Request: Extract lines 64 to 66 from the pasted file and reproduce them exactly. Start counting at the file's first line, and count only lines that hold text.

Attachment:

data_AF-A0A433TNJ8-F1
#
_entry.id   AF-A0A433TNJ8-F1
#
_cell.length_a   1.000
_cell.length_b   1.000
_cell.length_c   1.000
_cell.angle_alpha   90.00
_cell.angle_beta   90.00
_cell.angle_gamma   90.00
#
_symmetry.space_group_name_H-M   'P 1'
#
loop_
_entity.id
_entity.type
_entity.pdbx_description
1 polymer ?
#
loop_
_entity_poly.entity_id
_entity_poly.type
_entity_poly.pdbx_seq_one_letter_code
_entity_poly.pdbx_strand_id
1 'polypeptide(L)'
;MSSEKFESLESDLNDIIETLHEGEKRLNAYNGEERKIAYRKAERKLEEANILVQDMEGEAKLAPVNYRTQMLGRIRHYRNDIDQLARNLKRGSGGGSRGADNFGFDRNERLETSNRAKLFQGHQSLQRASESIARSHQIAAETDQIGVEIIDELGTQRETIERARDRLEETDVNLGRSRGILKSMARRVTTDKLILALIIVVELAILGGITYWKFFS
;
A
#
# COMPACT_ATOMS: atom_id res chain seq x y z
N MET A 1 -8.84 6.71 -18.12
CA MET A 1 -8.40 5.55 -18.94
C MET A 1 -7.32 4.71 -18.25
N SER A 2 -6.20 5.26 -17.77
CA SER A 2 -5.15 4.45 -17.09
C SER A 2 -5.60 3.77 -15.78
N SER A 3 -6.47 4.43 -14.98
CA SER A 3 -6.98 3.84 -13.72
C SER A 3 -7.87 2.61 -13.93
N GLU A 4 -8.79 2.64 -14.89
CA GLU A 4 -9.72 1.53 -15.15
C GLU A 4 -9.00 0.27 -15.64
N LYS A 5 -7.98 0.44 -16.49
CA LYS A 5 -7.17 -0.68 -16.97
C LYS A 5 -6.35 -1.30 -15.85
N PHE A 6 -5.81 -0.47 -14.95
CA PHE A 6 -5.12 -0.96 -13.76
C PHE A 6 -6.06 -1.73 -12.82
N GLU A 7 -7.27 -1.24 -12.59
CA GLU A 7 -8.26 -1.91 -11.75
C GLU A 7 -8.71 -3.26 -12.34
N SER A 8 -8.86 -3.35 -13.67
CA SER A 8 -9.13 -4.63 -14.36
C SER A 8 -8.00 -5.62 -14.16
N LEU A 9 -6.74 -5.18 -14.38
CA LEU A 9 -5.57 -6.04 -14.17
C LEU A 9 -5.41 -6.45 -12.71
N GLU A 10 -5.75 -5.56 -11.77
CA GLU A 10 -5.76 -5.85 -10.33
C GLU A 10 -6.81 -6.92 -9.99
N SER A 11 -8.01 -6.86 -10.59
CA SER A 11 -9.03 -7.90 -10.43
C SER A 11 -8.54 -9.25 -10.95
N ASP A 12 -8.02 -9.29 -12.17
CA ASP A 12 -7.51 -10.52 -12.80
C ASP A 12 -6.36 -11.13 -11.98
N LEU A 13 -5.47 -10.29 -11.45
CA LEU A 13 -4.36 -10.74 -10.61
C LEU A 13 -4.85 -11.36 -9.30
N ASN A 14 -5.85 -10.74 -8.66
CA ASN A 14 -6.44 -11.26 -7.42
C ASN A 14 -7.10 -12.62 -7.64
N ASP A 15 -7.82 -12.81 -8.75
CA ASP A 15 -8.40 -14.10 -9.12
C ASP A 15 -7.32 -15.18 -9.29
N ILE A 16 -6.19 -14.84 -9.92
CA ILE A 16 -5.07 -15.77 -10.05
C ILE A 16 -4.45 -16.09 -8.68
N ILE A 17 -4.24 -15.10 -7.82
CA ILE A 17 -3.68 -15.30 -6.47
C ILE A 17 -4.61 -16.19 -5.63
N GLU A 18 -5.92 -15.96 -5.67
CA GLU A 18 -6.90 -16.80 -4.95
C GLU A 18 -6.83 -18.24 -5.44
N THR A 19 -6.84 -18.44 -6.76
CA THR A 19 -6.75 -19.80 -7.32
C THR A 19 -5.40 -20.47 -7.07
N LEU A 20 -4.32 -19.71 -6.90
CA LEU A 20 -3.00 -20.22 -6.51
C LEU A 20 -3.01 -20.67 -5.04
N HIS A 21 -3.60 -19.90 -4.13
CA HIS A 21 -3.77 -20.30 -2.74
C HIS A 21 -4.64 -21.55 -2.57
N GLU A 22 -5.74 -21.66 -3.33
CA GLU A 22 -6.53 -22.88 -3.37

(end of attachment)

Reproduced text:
N ASP A 12 -8.02 -9.29 -12.17
CA ASP A 12 -7.51 -10.52 -12.80
C ASP A 12 -6.36 -11.13 -11.98